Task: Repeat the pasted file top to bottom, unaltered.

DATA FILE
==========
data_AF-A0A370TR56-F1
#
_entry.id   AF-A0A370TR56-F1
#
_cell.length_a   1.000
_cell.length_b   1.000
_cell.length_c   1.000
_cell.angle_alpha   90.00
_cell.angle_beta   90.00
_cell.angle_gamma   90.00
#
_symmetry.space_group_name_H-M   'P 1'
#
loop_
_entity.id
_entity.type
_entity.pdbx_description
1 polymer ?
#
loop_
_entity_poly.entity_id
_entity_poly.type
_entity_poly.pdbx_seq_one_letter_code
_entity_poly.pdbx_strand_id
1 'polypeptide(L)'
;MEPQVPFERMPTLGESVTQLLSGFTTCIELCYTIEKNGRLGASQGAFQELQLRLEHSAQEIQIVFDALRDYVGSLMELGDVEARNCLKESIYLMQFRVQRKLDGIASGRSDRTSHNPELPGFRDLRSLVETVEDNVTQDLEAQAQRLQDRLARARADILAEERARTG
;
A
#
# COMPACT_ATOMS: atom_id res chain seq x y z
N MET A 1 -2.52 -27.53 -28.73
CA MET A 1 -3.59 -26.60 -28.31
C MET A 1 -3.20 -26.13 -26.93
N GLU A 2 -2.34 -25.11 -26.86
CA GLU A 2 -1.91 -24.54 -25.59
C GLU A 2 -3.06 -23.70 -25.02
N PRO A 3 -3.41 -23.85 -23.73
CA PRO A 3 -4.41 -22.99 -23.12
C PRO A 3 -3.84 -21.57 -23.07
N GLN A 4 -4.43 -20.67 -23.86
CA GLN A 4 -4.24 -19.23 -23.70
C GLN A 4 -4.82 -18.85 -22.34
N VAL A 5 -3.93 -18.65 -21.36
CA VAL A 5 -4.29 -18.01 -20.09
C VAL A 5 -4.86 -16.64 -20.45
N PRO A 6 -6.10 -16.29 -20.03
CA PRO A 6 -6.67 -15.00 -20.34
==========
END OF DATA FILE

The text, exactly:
data_AF-A0A370TR56-F1
#
_entry.id   AF-A0A370TR56-F1
#
_cell.length_a   1.000
_cell.length_b   1.000
_cell.length_c   1.000
_cell.angle_alpha   90.00
_cell.angle_beta   90.00
_cell.angle_gamma   90.00
#
_symmetry.space_group_name_H-M   'P 1'
#
loop_
_entity.id
_entity.type
_entity.pdbx_description
1 polymer ?
#
loop_
_entity_poly.entity_id
_entity_poly.type
_entity_poly.pdbx_seq_one_letter_code
_entity_poly.pdbx_strand_id
1 'polypeptide(L)'
;MEPQVPFERMPTLGESVTQLLSGFTTCIELCYTIEKNGRLGASQGAFQELQLRLEHSAQEIQIVFDALRDYVGSLMELGDVEARNCLKESIYLMQFRVQRKLDGIASGRSDRTSHNPELPGFRDLRSLVETVEDNVTQDLEAQAQRLQDRLARARADILAEERARTG
;
A
#
# COMPACT_ATOMS: atom_id res chain seq x y z
N MET A 1 -2.52 -27.53 -28.73
CA MET A 1 -3.59 -26.60 -28.31
C MET A 1 -3.20 -26.13 -26.93
N GLU A 2 -2.34 -25.11 -26.86
CA GLU A 2 -1.91 -24.54 -25.59
C GLU A 2 -3.06 -23.70 -25.02
N PRO A 3 -3.41 -23.85 -23.73
CA PRO A 3 -4.41 -22.99 -23.12
C PRO A 3 -3.84 -21.57 -23.07
N GLN A 4 -4.43 -20.67 -23.86
CA GLN A 4 -4.24 -19.23 -23.70
C GLN A 4 -4.82 -18.85 -22.34
N VAL A 5 -3.93 -18.65 -21.36
CA VAL A 5 -4.29 -18.01 -20.09
C VAL A 5 -4.86 -16.64 -20.45
N PRO A 6 -6.10 -16.29 -20.03
CA PRO A 6 -6.67 -15.00 -20.34